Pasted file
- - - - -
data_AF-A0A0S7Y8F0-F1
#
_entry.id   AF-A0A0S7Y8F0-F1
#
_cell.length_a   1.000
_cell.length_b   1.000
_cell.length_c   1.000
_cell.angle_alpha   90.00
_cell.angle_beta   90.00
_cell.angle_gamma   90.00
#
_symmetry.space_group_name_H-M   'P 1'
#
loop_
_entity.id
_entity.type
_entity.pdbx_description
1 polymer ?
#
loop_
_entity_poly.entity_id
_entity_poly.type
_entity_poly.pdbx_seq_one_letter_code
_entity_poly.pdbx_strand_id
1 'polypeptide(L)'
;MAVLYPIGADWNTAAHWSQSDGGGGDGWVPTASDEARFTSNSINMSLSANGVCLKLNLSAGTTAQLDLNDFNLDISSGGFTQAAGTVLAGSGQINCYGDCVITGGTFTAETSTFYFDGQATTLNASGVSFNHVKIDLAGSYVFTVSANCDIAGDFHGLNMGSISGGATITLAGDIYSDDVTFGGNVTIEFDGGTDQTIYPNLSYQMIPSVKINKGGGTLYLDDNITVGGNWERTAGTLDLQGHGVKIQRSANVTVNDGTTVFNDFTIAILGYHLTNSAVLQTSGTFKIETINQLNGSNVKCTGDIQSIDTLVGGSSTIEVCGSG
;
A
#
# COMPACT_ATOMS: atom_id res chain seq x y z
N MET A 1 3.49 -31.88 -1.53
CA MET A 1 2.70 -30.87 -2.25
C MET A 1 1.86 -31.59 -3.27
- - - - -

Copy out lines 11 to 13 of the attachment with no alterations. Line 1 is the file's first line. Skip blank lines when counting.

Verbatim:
#
_symmetry.space_group_name_H-M   'P 1'
#